Acculturation and Depression Among Hispanics: The Moderating Effect of Intercultural Competence
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American Psychological Association
Cultural Diversity and Ethnic Minority Psychology
Original Item ID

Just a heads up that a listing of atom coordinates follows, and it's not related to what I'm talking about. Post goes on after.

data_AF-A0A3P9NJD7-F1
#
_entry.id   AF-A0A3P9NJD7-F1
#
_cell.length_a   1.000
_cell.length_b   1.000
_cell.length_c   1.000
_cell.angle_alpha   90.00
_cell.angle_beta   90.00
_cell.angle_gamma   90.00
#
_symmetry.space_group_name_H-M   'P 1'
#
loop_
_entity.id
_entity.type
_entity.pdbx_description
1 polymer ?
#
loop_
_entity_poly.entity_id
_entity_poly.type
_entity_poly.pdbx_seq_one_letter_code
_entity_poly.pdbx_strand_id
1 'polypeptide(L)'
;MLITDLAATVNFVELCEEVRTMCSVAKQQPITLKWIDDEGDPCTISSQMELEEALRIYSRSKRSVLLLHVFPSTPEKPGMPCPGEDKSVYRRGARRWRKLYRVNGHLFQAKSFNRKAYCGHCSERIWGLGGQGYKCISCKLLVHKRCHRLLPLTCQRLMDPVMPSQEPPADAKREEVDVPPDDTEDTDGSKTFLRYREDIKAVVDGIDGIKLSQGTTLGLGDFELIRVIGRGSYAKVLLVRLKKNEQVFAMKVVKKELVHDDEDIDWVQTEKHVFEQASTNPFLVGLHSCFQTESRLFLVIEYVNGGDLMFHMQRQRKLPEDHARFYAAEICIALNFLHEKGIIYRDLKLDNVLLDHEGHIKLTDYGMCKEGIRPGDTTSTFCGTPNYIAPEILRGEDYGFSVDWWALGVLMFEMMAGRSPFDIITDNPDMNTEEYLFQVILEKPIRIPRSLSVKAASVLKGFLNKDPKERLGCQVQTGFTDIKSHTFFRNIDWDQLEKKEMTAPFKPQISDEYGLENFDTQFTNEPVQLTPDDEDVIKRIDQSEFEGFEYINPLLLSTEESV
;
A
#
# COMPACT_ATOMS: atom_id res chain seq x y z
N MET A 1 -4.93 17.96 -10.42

In the present study the authors examined the relative contributions of typical acculturation indicators, general coping, and intercultural competence in predicting depression among 96 Hispanic adults. The results indicated that intercultural competence served to moderate the relationship between acculturation and depression. The combination of high acculturation and high intercultural competence was associated with fewer symptoms. General coping accounted for significant amounts of variance in predicting depression, over and above traditional acculturation variables alone, suggesting that an active problemsolving style was associated with a healthier outcome. The findings are discussed within the context of integrating competence-based variables into psychological conceptualizations of cultural adaptation and the importance of group-specific abilities as potential buffers against negative mental health consequences.